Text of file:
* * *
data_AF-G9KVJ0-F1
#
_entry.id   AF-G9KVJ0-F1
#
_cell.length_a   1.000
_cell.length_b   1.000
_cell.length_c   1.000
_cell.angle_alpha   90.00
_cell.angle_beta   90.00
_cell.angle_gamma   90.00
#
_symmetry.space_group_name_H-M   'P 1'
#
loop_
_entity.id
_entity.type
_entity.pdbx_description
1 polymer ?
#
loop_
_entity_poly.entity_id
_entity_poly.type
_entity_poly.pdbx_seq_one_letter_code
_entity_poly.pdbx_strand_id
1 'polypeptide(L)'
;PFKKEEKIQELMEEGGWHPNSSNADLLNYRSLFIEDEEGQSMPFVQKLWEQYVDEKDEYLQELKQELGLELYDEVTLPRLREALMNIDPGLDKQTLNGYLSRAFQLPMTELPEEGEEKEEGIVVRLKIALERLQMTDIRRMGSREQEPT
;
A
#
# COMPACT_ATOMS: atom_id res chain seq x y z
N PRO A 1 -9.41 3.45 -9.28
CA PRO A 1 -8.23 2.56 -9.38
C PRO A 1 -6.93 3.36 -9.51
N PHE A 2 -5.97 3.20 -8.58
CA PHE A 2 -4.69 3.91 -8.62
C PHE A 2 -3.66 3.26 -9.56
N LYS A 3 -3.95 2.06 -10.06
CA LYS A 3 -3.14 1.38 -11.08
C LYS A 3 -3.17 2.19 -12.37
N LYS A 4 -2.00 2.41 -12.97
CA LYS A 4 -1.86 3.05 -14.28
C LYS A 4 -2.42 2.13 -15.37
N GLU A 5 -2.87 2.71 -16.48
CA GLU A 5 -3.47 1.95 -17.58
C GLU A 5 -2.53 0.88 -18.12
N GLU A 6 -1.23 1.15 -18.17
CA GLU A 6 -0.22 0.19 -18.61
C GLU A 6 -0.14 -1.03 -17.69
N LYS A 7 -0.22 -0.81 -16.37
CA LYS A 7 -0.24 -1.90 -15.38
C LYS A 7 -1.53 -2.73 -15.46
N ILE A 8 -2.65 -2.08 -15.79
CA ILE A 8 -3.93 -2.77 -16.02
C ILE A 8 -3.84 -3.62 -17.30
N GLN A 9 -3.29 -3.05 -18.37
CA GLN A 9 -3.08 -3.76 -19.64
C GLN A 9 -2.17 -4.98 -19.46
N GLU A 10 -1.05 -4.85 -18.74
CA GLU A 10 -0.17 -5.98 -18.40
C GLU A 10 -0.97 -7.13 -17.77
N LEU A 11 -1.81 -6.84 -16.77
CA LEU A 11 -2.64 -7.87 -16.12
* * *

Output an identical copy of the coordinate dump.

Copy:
data_AF-G9KVJ0-F1
#
_entry.id   AF-G9KVJ0-F1
#
_cell.length_a   1.000
_cell.length_b   1.000
_cell.length_c   1.000
_cell.angle_alpha   90.00
_cell.angle_beta   90.00
_cell.angle_gamma   90.00
#
_symmetry.space_group_name_H-M   'P 1'
#
loop_
_entity.id
_entity.type
_entity.pdbx_description
1 polymer ?
#
loop_
_entity_poly.entity_id
_entity_poly.type
_entity_poly.pdbx_seq_one_letter_code
_entity_poly.pdbx_strand_id
1 'polypeptide(L)'
;PFKKEEKIQELMEEGGWHPNSSNADLLNYRSLFIEDEEGQSMPFVQKLWEQYVDEKDEYLQELKQELGLELYDEVTLPRLREALMNIDPGLDKQTLNGYLSRAFQLPMTELPEEGEEKEEGIVVRLKIALERLQMTDIRRMGSREQEPT
;
A
#
# COMPACT_ATOMS: atom_id res chain seq x y z
N PRO A 1 -9.41 3.45 -9.28
CA PRO A 1 -8.23 2.56 -9.38
C PRO A 1 -6.93 3.36 -9.51
N PHE A 2 -5.97 3.20 -8.58
CA PHE A 2 -4.69 3.91 -8.62
C PHE A 2 -3.66 3.26 -9.56
N LYS A 3 -3.95 2.06 -10.06
CA LYS A 3 -3.14 1.38 -11.08
C LYS A 3 -3.17 2.19 -12.37
N LYS A 4 -2.00 2.41 -12.97
CA LYS A 4 -1.86 3.05 -14.28
C LYS A 4 -2.42 2.13 -15.37
N GLU A 5 -2.87 2.71 -16.48
CA GLU A 5 -3.47 1.95 -17.58
C GLU A 5 -2.53 0.88 -18.12
N GLU A 6 -1.23 1.15 -18.17
CA GLU A 6 -0.22 0.19 -18.61
C GLU A 6 -0.14 -1.03 -17.69
N LYS A 7 -0.22 -0.81 -16.37
CA LYS A 7 -0.24 -1.90 -15.38
C LYS A 7 -1.53 -2.73 -15.46
N ILE A 8 -2.65 -2.08 -15.79
CA ILE A 8 -3.93 -2.77 -16.02
C ILE A 8 -3.84 -3.62 -17.30
N GLN A 9 -3.29 -3.05 -18.37
CA GLN A 9 -3.08 -3.76 -19.64
C GLN A 9 -2.17 -4.98 -19.46
N GLU A 10 -1.05 -4.85 -18.74
CA GLU A 10 -0.17 -5.98 -18.40
C GLU A 10 -0.97 -7.13 -17.77
N LEU A 11 -1.81 -6.84 -16.77
CA LEU A 11 -2.64 -7.87 -16.12